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Thursday, 5 April, 2001, 04:16 GMT 05:16 UK
Longer-lasting hip-joint hope
Using different materials could mean hip joints last longer
Using different materials could mean hip joints last longer
Scientists are developing new materials for artificial hips, which may prolong their life.

Existing models have an average life span of 10 to 15 years, but the "ball and socket" joint wears away with use.

Scientists in Switzerland say this happens because the artificial hip is not lubricated in the same way as a natural one.

The team, from the Swiss Federal Institute of Technology in Zurich, is now looking at whether different materials may work better.

Any research designed to improve the life-time of an implant and reduce the need of further surgery is a positive step

Spokesman for Action Research
Most UK doctors use metal "balls" and polyethylene "sockets". A combination of a ceramic ball and a polyethylene socket can also be used.

About 37,000 hip replacements are carried out in the UK every year. The operation has a failure rate of 1% per year.

Surgical materials can cost up to 1,000, with the actual operation setting the health service back another 5,000.

But the polyethylene socket is worn away over time.

In a natural joint, the synovial fluid which surrounds it lubricates the cartilage.

But in a joint made of polyethylene, the synovial fluid is less effective.

Polyethylene properties

Polyethylene is hydrophobic, meaning it repels water.

Lead scientist Professor Nicholas Spencer suspected that this property could neutralise the effectiveness of the synovial fluid as a lubricant - increasing friction and wear in the hip implant.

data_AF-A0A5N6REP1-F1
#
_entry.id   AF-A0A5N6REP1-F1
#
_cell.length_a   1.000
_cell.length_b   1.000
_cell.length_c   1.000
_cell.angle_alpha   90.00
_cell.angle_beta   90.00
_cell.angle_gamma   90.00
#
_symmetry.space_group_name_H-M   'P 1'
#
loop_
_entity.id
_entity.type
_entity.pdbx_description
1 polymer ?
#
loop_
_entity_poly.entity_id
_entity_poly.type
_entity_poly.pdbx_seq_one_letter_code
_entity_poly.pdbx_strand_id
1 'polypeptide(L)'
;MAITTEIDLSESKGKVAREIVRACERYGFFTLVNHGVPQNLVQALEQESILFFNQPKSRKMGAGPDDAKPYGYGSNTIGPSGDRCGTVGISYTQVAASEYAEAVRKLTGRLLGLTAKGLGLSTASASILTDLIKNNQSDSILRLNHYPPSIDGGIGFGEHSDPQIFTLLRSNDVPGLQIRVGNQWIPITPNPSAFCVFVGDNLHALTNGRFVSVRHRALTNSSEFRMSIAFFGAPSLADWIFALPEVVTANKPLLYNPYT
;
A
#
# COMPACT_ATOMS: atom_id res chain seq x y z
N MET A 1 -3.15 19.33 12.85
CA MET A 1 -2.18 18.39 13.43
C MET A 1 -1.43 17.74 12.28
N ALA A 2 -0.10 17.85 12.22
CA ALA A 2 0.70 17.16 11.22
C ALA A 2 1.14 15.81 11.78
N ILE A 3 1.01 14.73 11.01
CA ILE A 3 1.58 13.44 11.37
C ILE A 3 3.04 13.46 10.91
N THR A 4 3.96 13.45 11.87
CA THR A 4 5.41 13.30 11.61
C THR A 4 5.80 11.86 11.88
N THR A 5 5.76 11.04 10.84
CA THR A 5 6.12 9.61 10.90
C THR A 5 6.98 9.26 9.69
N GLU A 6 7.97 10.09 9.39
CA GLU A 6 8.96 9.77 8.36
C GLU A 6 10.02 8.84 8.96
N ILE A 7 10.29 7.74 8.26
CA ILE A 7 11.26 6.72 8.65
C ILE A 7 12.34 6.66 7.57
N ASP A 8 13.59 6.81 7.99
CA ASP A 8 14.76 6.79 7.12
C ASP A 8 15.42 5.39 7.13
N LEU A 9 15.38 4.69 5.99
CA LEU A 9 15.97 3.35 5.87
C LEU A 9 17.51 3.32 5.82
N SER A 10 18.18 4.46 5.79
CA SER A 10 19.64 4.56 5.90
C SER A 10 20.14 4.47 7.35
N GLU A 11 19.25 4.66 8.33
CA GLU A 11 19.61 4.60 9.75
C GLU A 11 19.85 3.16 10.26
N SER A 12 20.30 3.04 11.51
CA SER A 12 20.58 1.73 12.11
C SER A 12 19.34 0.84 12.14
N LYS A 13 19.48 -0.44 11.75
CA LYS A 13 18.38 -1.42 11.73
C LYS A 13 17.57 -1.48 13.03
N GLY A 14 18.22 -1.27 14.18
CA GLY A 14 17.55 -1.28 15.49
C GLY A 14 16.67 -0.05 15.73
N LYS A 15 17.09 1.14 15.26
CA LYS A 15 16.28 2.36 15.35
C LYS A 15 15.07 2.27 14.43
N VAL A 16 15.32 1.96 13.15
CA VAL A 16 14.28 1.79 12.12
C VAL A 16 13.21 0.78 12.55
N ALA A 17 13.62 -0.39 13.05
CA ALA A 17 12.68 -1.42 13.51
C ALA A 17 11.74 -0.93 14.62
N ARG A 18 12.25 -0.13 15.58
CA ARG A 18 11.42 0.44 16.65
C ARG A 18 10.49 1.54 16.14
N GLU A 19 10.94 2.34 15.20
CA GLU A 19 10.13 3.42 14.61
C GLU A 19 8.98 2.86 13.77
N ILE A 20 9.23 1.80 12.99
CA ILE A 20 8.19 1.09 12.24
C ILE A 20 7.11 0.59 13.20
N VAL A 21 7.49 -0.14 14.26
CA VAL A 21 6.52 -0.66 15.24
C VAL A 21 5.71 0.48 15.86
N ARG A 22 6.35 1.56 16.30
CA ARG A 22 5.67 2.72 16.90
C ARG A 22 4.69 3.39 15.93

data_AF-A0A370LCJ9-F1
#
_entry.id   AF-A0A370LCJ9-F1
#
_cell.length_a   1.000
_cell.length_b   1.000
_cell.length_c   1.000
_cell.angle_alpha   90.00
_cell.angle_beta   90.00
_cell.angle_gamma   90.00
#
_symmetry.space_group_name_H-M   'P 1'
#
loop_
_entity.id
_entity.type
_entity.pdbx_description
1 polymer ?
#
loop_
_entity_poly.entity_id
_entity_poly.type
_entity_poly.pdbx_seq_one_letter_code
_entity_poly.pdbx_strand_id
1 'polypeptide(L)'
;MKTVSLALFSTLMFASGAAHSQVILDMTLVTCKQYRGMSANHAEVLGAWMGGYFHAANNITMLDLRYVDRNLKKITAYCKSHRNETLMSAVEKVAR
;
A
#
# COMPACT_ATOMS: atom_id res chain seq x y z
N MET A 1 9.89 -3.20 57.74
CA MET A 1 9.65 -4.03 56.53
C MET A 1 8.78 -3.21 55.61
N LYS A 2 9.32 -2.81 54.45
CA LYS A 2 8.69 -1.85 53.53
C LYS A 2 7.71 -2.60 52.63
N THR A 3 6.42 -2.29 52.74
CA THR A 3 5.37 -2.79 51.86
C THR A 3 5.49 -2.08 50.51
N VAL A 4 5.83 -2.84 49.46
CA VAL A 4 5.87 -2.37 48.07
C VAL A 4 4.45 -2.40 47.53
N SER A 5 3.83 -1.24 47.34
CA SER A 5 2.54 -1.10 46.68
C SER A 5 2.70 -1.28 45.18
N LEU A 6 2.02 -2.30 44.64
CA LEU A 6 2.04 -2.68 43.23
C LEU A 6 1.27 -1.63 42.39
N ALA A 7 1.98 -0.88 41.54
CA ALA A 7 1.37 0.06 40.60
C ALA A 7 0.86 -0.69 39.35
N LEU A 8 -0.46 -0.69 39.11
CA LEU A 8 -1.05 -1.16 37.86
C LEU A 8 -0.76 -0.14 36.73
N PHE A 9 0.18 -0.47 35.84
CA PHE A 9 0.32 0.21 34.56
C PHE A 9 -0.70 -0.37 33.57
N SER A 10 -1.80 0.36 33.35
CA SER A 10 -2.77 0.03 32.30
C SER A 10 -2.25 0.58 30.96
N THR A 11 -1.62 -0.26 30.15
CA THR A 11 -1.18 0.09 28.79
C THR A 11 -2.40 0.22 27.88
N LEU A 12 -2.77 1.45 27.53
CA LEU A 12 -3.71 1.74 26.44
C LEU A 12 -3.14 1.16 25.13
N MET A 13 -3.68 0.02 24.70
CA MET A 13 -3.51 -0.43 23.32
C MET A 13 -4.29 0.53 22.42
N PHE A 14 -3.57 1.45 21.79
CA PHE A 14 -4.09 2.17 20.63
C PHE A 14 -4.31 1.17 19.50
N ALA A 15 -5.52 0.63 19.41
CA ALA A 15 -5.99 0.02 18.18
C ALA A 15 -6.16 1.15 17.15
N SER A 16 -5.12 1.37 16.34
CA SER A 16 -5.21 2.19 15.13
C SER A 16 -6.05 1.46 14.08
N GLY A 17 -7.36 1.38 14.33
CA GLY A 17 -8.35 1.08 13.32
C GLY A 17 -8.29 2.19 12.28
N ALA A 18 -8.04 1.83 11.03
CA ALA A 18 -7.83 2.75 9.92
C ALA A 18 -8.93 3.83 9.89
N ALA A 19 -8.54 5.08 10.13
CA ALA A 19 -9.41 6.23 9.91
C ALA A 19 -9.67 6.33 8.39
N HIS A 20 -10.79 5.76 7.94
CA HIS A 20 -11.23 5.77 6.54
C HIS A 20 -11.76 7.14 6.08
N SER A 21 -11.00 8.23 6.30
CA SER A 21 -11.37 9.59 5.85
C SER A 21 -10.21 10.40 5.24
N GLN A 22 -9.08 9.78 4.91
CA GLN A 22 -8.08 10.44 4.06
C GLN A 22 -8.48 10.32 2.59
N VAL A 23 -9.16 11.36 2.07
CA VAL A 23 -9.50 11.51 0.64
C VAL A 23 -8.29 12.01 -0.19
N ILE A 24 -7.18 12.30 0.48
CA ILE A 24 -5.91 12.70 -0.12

To test his theory, he treated the polyethylene to make it more hydrophilic, or "water-loving".

He then tested how much friction there was when a ceramic ball and a polyethylene socket were immersed in a liquid with the same properties as synovial fluid.

He found there was less friction, which would translate to less wear, than when the polyethylene was untreated.

Professor Spencer said: "Now that we've established that the nature of the polyethylene surface plays a role in how effectively it uses the proteins in synovial fluid as lubricants, we're trying to find new materials that have similar mechanical properties but are a lot less hydrophobic."

Hugh Phillips, consultant orthopaedic surgeon at Norfolk and Norwich Hospital and past president of both the British Orthopaedic Association and the British Hip Society, said the research was a welcome development

He told BBC News Online: "The problem with polyethylene is it's not lubricated.

"If you can alter the property of polyethylene to make it attract water, that rather mimics the natural lubrication of joints."

A spokesman for Action Research, a medical research charity which helped develop the UK's first artificial hip surgery, said: "Although hip replacement surgery can drastically improve the quality of life for many patients, there is some concern about its shelf life.

"Any research designed to improve the life-time of an implant and reduce the need of further surgery is a positive step."

The charity is currently funding some Leeds-based research into how artificial hips are worn away during the "swing phase" of walking, which it is hoped will highlight the benefits of different materials, and lead to recommendations to improve surgical techniques or design.

Professor Spencer's research will be presented to the American Chemical Society.

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See also:

20 Dec 00 | Health
National 'hip register' call
10 Apr 00 | Health
Hip joint advice 'could save 8m'
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